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Reference: Holland SL and Avery SV (2009) Actin-mediated endocytosis limits intracellular Cr accumulation and Cr toxicity during chromate stress. Toxicol Sci 111(2):437-46

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Abstract


Chromate toxicity is well documented, but the underlying toxic mechanism(s) has yet to be fully elucidated. Following a Cr toxicity screen against >6000 heterozygous yeast mutants, here we show that Cr resistance requires normal function of the cortical actin cytoskeleton. Furthermore, Cr stressed yeast cells exhibited an increased number of actin patches, the sites of endocytosis. This was coincident with a marked stimulation of endocytosis following Cr exposure. Genetic dissection of actin nucleation from endocytosis revealed that endocytosis, specifically, was required for Cr resistance. A series of further endocytosis mutants (sac6Delta, chc1Delta, end3Delta) exhibited elevated Cr sensitivity. These mutants also showed markedly elevated cellular Cr accumulation, explaining their sensitivities. In wild type cells, an initial endocytosis-independent phase of Cr uptake was followed by an endocytosis-dependent decline in Cr accumulation. The results indicate that actin mediated endocytosis is required to limit Cr accumulation and toxicity. It is proposed that this involves ubiquitin-dependent endocytic inactivation of a plasma membrane Cr transporter(s). We showed that such an action was not dependent on the transporters that have been characterized to date, the sulfate (and chromate) permeases Sul1p and Sul2p.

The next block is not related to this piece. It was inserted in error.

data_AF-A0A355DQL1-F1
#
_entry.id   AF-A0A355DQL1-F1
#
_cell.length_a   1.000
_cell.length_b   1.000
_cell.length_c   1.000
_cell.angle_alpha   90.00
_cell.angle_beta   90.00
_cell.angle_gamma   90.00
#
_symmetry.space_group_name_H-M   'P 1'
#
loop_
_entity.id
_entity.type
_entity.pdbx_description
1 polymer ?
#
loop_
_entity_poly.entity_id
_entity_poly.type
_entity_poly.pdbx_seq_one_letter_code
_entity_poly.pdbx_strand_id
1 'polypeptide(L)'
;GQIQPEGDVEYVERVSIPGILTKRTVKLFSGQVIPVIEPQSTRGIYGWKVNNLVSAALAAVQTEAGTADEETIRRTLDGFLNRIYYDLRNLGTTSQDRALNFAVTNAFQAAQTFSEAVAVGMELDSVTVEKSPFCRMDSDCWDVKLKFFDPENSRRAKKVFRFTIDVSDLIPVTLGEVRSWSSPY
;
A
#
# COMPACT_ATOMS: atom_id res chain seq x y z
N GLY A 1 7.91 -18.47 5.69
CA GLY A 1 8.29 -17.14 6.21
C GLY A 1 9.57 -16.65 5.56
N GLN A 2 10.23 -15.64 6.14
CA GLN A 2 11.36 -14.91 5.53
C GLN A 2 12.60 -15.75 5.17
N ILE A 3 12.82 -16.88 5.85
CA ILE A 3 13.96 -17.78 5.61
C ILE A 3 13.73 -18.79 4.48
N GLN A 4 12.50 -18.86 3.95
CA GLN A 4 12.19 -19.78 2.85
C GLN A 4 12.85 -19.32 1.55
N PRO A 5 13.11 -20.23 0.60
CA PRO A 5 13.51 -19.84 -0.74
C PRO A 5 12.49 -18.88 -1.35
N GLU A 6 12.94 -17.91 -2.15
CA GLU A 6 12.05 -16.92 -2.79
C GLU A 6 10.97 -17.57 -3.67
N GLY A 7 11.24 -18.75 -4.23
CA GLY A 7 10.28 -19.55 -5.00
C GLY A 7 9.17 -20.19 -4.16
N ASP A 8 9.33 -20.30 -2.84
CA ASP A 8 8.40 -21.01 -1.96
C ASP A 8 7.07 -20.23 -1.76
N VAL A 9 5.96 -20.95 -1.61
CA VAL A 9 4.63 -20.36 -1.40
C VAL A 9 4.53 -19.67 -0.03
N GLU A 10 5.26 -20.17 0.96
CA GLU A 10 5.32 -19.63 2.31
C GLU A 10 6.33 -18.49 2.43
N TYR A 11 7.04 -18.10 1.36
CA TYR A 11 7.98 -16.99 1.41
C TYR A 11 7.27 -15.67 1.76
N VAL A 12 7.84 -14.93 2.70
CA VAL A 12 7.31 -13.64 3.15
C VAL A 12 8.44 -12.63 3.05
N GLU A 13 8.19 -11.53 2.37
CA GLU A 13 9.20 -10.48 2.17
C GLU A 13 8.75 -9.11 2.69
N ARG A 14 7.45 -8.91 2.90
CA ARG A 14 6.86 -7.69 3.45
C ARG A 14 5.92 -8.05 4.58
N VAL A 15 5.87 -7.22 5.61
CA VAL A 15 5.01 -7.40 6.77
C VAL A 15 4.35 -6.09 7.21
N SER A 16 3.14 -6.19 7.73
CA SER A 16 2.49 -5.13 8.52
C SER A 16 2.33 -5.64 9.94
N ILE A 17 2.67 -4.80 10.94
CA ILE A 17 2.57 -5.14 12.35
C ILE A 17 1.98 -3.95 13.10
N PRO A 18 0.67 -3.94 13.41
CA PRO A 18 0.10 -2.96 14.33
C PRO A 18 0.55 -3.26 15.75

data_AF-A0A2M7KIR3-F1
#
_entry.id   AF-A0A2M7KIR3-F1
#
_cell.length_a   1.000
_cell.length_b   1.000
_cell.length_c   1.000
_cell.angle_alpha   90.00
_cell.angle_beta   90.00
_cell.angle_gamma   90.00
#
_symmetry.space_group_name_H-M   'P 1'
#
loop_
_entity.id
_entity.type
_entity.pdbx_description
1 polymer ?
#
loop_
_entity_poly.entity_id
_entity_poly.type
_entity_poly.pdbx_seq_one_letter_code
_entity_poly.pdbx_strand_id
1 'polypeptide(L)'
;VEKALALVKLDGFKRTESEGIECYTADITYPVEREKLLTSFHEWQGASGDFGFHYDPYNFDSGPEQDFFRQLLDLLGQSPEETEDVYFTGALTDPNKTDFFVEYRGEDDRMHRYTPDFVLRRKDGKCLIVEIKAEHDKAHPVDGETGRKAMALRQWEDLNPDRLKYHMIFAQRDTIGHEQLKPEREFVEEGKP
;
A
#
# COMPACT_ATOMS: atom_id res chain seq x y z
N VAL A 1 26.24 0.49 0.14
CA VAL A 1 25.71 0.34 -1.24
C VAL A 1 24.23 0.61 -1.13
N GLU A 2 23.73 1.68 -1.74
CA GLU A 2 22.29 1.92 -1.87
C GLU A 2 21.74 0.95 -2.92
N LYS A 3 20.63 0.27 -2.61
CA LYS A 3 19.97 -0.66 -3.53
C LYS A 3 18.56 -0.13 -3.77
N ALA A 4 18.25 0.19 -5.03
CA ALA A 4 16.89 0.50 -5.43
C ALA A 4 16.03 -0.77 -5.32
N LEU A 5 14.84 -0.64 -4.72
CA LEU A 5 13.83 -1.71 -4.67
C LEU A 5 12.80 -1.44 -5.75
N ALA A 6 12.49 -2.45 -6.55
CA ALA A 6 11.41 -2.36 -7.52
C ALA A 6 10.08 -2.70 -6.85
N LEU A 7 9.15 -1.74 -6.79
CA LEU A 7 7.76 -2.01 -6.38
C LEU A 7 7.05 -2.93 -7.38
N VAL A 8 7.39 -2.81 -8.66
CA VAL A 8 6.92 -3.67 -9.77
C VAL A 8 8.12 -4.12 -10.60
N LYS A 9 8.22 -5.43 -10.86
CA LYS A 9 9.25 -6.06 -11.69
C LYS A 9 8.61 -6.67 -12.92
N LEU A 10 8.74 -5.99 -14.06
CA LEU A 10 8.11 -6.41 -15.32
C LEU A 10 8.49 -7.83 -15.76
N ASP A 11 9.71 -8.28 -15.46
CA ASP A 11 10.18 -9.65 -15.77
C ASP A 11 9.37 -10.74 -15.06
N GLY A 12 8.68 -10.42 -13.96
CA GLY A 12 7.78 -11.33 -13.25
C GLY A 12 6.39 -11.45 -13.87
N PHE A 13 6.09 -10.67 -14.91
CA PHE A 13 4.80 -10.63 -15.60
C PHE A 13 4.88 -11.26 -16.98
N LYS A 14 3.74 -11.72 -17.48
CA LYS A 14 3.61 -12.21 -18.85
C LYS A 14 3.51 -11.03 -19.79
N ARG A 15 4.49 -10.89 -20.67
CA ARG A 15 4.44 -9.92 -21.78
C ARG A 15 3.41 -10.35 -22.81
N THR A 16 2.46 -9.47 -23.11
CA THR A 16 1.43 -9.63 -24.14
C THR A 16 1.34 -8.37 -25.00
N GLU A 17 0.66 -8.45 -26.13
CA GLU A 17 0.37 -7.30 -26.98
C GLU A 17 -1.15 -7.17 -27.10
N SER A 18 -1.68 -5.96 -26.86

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Journal Article
Authors
Holland SL, Avery SV
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